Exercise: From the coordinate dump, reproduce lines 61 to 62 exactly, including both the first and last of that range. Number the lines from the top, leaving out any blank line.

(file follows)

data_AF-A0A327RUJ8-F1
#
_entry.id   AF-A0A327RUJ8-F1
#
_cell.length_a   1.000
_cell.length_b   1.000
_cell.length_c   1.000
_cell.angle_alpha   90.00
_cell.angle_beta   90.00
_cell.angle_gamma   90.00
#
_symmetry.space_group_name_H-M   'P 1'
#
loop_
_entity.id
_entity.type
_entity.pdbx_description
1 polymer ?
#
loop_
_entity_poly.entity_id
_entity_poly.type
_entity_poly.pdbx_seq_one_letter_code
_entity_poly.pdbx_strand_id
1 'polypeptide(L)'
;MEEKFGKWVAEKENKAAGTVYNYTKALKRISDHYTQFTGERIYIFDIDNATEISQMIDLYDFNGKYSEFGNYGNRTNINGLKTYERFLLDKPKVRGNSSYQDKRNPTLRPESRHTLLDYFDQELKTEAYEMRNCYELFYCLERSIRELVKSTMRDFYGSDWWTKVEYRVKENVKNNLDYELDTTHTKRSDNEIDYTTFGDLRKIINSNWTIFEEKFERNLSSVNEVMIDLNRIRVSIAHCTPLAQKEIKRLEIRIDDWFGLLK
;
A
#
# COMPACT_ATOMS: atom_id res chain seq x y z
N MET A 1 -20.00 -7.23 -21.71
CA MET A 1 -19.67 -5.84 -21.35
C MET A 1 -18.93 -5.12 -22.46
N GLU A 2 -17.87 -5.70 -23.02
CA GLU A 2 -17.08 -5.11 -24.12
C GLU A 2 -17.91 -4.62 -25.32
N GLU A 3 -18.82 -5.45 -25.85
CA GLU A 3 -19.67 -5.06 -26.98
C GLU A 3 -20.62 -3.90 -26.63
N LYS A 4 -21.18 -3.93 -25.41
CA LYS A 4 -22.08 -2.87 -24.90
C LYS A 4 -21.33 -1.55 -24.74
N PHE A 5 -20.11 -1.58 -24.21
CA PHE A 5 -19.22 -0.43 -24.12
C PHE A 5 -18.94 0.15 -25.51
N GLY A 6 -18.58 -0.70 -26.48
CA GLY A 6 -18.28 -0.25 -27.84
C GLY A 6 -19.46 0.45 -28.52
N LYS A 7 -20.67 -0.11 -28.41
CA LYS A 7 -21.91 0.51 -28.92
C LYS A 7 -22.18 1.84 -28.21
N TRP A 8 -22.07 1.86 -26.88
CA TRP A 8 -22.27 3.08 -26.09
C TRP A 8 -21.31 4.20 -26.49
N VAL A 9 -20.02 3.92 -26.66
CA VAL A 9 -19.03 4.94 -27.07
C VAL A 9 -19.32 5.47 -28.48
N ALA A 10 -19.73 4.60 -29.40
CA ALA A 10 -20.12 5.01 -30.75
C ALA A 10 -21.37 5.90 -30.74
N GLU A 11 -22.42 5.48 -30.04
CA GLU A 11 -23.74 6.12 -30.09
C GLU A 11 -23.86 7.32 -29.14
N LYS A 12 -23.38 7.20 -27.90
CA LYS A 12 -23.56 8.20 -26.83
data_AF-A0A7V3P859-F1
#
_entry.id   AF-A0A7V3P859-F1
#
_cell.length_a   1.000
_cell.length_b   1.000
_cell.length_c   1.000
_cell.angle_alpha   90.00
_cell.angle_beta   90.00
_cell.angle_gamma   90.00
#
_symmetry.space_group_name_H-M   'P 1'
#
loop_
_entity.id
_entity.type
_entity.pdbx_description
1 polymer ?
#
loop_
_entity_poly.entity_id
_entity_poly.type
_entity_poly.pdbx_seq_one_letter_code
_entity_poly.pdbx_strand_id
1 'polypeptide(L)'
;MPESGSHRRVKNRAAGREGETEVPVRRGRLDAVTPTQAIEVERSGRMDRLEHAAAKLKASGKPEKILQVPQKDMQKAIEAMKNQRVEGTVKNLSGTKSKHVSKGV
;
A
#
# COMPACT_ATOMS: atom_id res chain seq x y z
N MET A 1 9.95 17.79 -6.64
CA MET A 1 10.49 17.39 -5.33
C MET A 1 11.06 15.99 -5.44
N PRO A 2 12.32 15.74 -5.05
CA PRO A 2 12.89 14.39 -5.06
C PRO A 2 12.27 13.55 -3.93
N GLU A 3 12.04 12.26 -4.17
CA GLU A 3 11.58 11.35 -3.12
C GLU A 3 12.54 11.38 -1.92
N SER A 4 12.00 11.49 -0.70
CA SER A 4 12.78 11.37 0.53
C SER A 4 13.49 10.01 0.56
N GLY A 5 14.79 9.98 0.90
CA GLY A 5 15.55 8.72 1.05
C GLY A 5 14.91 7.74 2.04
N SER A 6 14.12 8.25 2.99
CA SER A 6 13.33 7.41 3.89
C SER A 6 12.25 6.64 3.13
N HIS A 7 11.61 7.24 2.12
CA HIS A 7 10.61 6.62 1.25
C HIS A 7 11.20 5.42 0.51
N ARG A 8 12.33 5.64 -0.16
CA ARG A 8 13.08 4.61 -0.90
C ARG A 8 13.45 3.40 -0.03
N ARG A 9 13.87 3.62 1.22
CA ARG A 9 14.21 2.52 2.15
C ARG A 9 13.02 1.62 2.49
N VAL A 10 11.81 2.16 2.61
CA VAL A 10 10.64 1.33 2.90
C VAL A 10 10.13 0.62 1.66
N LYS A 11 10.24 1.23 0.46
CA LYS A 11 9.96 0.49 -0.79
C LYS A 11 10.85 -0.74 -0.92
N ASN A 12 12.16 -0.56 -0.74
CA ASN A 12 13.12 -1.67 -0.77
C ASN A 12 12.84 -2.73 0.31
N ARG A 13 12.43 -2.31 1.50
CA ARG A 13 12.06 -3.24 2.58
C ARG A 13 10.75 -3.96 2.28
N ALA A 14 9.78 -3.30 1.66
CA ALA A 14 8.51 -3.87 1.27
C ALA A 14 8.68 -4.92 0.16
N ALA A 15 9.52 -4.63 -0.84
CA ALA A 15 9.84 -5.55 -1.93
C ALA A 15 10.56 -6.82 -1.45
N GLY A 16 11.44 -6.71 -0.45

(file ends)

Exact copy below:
N GLU A 11 -22.42 5.48 -30.04
CA GLU A 11 -23.74 6.12 -30.09